On November 18, 2014, the General Services Administration (“GSA”) hosted an Industry Day seeking feedback on its proposal to add a Cloud Computing Special Item Number (“SIN”) on its IT Multiple Award Schedule 70 (“MAS IT-70”). A SIN is GSA’s categorization method that groups similar products, services, and solutions together to make the acquisition process easier. This move is not surprising in light of the Government’s “Cloud First” policy (announced in 2011), which requires agencies to evaluate cloud computing options “whenever a secure, reliable, and cost-effective option exists.” Further, GSA’s latest proposal noted that a cloud SIN “would … enabl[e] agencies to take full advantage of cloud computing benefits to maximize capacity utilization, improve IT flexibility and responsiveness, and minimize cost.” In the end, by offering a cloud-specific SIN, GSA hopes to drive more value into the schedules program by providing cloud-based options more rapidly and easily than before. This article will give you a brief overview of the new, proposed SIN.
Currently, cloud services are provided for on IT-70 under three separate SINs: 132-32 (Term Software Licenses), 132-51 (IT Professional Services), and 132-52 (Electronic Commerce and Subscription Services). These SINs, however, are extremely broad and apply to all IT providers – not cloud providers specifically. While cloud providers may be permitted to continue using these SINs after the new cloud-specific SIN is opened, the new SIN is intended be the exclusive “marketplace” for cloud providers. Why is this significant? Simplicity. Efficiency. And perhaps even an increased likelihood that federal buyers will get exactly what they want. It is the IT-equivalent of a wife sending her husband to a department store to purchase a pashmina versus sending him to a store that sells only pashminas. Yes, the husband may figure out eventually what a pashmina is and where it is located, but sending him straight to the specialty shop saves him time and stress (likely two-fold after the husband has to return the scarf he probably purchased rather than the requested pashmina).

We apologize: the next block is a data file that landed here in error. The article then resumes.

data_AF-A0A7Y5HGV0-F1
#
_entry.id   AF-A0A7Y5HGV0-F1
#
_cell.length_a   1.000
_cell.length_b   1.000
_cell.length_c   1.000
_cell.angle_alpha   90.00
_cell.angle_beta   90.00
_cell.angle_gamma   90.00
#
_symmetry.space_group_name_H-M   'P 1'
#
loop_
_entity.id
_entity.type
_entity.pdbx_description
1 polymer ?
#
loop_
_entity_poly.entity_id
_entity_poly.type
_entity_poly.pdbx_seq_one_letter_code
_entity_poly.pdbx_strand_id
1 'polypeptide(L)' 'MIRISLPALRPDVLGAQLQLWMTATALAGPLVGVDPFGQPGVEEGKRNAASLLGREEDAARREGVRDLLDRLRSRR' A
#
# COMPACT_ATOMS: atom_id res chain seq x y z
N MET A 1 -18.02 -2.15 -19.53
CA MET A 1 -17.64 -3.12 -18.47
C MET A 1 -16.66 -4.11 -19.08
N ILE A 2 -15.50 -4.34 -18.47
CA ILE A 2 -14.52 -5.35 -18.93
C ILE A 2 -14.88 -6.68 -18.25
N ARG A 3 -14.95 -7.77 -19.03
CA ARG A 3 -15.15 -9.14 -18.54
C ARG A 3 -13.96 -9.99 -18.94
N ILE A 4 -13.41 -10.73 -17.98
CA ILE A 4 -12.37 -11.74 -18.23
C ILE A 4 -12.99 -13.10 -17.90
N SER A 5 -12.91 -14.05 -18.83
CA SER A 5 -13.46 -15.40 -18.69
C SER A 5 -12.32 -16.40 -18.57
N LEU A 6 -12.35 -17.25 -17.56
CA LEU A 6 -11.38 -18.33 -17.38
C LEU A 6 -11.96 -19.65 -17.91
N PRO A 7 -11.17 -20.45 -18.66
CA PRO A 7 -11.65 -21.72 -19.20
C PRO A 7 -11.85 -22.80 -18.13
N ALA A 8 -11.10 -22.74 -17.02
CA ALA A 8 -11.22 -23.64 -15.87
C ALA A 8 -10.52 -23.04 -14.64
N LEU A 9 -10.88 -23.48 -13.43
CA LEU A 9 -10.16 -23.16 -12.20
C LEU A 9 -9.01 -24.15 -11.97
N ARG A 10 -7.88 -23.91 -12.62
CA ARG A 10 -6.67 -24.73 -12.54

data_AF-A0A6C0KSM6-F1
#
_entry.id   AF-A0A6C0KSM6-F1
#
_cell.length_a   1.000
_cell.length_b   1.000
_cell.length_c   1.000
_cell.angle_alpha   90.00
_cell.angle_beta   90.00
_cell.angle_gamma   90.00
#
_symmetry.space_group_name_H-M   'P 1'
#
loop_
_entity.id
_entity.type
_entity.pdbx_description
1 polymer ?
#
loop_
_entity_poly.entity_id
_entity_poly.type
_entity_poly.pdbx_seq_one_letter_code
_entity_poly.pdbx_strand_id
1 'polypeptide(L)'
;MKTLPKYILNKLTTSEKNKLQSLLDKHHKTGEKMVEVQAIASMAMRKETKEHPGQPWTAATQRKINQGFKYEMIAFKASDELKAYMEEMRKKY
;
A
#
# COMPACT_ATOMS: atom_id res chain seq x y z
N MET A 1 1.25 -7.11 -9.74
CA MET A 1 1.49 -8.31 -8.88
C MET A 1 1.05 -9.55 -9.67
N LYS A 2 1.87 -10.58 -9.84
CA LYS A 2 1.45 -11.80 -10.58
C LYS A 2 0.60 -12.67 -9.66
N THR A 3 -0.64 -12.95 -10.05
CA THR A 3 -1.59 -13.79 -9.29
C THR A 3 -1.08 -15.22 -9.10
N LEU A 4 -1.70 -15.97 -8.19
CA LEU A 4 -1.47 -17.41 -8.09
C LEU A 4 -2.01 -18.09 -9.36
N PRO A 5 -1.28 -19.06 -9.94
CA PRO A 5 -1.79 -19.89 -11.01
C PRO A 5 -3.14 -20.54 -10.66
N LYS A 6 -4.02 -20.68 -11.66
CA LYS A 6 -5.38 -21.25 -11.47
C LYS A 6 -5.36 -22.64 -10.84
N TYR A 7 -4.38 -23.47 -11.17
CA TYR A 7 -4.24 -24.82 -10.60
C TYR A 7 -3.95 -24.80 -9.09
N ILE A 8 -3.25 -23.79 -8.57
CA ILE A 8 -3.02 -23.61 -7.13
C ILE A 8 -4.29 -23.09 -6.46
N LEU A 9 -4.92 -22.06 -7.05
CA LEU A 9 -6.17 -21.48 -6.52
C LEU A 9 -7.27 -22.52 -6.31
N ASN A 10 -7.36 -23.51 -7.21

The Proposed Cloud SIN
As proposed, Cloud Service Providers (“CSPs”) would be eligible to sell cloud products under this new SIN provided they meet the five basic capabilities outlined in the National Institute for Standards and Technology (“NIST”) Definition of Cloud Computing, SP 800-145: